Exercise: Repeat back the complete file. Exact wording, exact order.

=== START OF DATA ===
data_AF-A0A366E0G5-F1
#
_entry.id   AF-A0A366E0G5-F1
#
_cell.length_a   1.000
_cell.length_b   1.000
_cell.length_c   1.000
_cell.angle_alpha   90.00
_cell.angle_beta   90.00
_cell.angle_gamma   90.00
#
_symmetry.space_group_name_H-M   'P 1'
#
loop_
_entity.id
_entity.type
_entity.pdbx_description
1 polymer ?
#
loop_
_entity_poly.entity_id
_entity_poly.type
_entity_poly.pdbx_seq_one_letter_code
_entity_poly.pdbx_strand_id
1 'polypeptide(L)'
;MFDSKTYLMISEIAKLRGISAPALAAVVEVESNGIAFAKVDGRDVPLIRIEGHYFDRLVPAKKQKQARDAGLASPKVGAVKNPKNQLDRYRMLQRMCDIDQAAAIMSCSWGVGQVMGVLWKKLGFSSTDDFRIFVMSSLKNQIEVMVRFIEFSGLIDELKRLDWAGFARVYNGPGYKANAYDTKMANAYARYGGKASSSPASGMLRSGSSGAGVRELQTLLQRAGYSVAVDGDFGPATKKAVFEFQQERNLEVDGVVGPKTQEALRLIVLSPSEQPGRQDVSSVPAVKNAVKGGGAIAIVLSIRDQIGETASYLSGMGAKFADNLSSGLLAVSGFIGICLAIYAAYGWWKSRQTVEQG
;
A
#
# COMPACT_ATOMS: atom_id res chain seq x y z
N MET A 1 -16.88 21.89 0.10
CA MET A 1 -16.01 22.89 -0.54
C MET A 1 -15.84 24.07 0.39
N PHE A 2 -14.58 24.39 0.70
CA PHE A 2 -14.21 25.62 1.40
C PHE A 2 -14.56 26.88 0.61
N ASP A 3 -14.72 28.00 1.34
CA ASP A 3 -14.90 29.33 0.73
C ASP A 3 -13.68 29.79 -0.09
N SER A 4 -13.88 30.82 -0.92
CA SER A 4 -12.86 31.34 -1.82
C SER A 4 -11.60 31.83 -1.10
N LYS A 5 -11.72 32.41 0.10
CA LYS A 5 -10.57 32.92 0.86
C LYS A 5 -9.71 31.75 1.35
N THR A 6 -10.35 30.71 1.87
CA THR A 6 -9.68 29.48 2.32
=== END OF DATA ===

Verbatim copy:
data_AF-A0A366E0G5-F1
#
_entry.id   AF-A0A366E0G5-F1
#
_cell.length_a   1.000
_cell.length_b   1.000
_cell.length_c   1.000
_cell.angle_alpha   90.00
_cell.angle_beta   90.00
_cell.angle_gamma   90.00
#
_symmetry.space_group_name_H-M   'P 1'
#
loop_
_entity.id
_entity.type
_entity.pdbx_description
1 polymer ?
#
loop_
_entity_poly.entity_id
_entity_poly.type
_entity_poly.pdbx_seq_one_letter_code
_entity_poly.pdbx_strand_id
1 'polypeptide(L)'
;MFDSKTYLMISEIAKLRGISAPALAAVVEVESNGIAFAKVDGRDVPLIRIEGHYFDRLVPAKKQKQARDAGLASPKVGAVKNPKNQLDRYRMLQRMCDIDQAAAIMSCSWGVGQVMGVLWKKLGFSSTDDFRIFVMSSLKNQIEVMVRFIEFSGLIDELKRLDWAGFARVYNGPGYKANAYDTKMANAYARYGGKASSSPASGMLRSGSSGAGVRELQTLLQRAGYSVAVDGDFGPATKKAVFEFQQERNLEVDGVVGPKTQEALRLIVLSPSEQPGRQDVSSVPAVKNAVKGGGAIAIVLSIRDQIGETASYLSGMGAKFADNLSSGLLAVSGFIGICLAIYAAYGWWKSRQTVEQG
;
A
#
# COMPACT_ATOMS: atom_id res chain seq x y z
N MET A 1 -16.88 21.89 0.10
CA MET A 1 -16.01 22.89 -0.54
C MET A 1 -15.84 24.07 0.39
N PHE A 2 -14.58 24.39 0.70
CA PHE A 2 -14.21 25.62 1.40
C PHE A 2 -14.56 26.88 0.61
N ASP A 3 -14.72 28.00 1.34
CA ASP A 3 -14.90 29.33 0.73
C ASP A 3 -13.68 29.79 -0.09
N SER A 4 -13.88 30.82 -0.92
CA SER A 4 -12.86 31.34 -1.82
C SER A 4 -11.60 31.83 -1.10
N LYS A 5 -11.72 32.41 0.10
CA LYS A 5 -10.57 32.92 0.86
C LYS A 5 -9.71 31.75 1.35
N THR A 6 -10.35 30.71 1.87
CA THR A 6 -9.68 29.48 2.32